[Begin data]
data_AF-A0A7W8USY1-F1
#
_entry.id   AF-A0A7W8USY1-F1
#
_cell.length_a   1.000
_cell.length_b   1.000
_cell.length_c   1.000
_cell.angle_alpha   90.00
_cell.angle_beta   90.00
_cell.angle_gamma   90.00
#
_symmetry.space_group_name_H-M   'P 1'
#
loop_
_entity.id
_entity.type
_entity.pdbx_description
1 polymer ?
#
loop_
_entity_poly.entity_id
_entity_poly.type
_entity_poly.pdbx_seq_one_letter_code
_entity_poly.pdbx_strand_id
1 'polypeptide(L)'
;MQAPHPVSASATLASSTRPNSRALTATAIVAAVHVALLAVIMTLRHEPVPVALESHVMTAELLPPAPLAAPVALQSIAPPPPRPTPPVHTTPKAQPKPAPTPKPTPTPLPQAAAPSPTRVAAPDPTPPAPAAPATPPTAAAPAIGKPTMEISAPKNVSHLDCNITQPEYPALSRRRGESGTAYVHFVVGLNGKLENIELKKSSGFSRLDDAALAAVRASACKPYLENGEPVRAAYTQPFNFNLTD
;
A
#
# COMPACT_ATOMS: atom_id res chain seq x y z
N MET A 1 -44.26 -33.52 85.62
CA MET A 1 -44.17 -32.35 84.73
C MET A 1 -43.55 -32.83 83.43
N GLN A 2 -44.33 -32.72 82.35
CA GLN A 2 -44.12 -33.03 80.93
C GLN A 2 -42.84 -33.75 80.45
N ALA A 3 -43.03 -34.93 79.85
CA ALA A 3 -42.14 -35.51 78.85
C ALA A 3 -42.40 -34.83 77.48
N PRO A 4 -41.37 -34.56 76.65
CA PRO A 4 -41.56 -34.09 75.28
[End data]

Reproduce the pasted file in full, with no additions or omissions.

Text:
data_AF-A0A7W8USY1-F1
#
_entry.id   AF-A0A7W8USY1-F1
#
_cell.length_a   1.000
_cell.length_b   1.000
_cell.length_c   1.000
_cell.angle_alpha   90.00
_cell.angle_beta   90.00
_cell.angle_gamma   90.00
#
_symmetry.space_group_name_H-M   'P 1'
#
loop_
_entity.id
_entity.type
_entity.pdbx_description
1 polymer ?
#
loop_
_entity_poly.entity_id
_entity_poly.type
_entity_poly.pdbx_seq_one_letter_code
_entity_poly.pdbx_strand_id
1 'polypeptide(L)'
;MQAPHPVSASATLASSTRPNSRALTATAIVAAVHVALLAVIMTLRHEPVPVALESHVMTAELLPPAPLAAPVALQSIAPPPPRPTPPVHTTPKAQPKPAPTPKPTPTPLPQAAAPSPTRVAAPDPTPPAPAAPATPPTAAAPAIGKPTMEISAPKNVSHLDCNITQPEYPALSRRRGESGTAYVHFVVGLNGKLENIELKKSSGFSRLDDAALAAVRASACKPYLENGEPVRAAYTQPFNFNLTD
;
A
#
# COMPACT_ATOMS: atom_id res chain seq x y z
N MET A 1 -44.26 -33.52 85.62
CA MET A 1 -44.17 -32.35 84.73
C MET A 1 -43.55 -32.83 83.43
N GLN A 2 -44.33 -32.72 82.35
CA GLN A 2 -44.12 -33.03 80.93
C GLN A 2 -42.84 -33.75 80.45
N ALA A 3 -43.03 -34.93 79.85
CA ALA A 3 -42.14 -35.51 78.85
C ALA A 3 -42.40 -34.83 77.48
N PRO A 4 -41.37 -34.56 76.65
CA PRO A 4 -41.56 -34.09 75.28